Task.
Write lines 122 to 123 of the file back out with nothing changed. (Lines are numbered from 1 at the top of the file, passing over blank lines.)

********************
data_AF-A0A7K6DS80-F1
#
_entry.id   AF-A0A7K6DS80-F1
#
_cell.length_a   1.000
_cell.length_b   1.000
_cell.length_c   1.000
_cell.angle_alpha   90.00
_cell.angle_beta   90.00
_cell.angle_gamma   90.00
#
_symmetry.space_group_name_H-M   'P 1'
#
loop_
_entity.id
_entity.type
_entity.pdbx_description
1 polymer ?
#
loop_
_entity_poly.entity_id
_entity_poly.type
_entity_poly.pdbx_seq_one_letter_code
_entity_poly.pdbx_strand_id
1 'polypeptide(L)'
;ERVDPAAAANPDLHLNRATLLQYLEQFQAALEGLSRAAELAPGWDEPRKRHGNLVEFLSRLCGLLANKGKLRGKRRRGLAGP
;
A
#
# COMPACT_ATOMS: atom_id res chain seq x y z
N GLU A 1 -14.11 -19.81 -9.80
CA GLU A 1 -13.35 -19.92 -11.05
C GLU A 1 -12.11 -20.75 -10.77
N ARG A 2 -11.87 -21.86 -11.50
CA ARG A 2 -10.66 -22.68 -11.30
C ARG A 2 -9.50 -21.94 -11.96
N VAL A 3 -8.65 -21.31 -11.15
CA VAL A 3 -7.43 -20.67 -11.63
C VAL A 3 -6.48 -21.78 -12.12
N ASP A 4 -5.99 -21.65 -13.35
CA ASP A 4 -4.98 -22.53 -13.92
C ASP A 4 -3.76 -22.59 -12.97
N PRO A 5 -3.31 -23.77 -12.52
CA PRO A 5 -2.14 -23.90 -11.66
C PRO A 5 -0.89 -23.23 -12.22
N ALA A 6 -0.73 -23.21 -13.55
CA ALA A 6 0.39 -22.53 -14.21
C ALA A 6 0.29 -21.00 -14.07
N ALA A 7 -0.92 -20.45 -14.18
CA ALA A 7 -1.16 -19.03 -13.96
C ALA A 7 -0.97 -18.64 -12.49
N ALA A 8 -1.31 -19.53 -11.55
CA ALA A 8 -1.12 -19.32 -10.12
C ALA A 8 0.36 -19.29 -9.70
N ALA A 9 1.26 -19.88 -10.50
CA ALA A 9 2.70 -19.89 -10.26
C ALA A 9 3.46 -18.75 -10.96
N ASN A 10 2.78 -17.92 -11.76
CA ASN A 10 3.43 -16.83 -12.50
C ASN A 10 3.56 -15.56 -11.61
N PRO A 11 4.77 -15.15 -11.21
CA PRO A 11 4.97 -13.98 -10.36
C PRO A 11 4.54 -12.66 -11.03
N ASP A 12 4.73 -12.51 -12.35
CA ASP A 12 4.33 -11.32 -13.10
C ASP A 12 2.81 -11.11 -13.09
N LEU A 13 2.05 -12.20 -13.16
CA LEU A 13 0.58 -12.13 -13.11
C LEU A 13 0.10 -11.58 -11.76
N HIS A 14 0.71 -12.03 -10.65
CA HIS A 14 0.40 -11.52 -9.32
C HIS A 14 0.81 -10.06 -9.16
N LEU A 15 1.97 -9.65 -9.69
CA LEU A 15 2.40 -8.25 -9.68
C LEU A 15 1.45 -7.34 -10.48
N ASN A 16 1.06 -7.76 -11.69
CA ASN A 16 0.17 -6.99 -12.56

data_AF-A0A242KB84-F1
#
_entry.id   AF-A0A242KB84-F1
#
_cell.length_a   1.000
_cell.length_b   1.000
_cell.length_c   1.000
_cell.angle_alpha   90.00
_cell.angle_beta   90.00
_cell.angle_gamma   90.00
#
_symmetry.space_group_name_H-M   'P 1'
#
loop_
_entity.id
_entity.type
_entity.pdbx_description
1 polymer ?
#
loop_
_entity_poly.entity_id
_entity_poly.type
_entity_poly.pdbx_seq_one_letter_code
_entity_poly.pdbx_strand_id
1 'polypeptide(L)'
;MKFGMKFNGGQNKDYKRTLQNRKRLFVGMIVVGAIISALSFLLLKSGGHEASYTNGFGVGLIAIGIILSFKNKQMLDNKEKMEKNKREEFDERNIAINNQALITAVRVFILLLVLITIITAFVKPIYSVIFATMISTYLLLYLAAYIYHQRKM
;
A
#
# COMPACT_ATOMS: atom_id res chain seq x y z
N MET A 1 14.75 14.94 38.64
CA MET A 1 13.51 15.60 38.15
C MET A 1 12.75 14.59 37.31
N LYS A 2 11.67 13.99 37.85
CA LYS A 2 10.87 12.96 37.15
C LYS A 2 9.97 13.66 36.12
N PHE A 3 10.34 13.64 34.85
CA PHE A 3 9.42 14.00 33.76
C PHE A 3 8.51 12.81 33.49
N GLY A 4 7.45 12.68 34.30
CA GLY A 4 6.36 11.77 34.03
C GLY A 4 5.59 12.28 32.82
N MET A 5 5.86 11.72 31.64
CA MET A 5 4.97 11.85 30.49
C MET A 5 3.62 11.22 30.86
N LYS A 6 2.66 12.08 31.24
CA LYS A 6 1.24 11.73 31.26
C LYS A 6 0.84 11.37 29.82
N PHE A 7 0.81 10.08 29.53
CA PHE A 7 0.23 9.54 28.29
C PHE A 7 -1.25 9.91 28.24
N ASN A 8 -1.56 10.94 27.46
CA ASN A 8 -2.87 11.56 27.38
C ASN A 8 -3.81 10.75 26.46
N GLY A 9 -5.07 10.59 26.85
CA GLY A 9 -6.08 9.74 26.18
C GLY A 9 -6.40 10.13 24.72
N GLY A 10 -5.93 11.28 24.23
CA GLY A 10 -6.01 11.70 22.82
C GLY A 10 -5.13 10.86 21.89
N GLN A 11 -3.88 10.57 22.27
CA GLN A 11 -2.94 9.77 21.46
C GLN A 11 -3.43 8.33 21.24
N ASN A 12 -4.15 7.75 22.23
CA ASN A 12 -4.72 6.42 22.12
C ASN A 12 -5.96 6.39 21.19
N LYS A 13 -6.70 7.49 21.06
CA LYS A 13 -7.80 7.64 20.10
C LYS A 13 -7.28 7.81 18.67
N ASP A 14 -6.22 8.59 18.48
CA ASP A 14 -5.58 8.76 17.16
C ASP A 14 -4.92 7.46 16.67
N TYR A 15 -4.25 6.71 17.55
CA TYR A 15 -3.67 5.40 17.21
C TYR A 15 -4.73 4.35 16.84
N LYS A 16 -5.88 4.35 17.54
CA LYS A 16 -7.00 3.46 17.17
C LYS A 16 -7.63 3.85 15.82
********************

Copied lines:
C MET A 5 3.62 11.22 30.86
N LYS A 6 2.66 12.08 31.24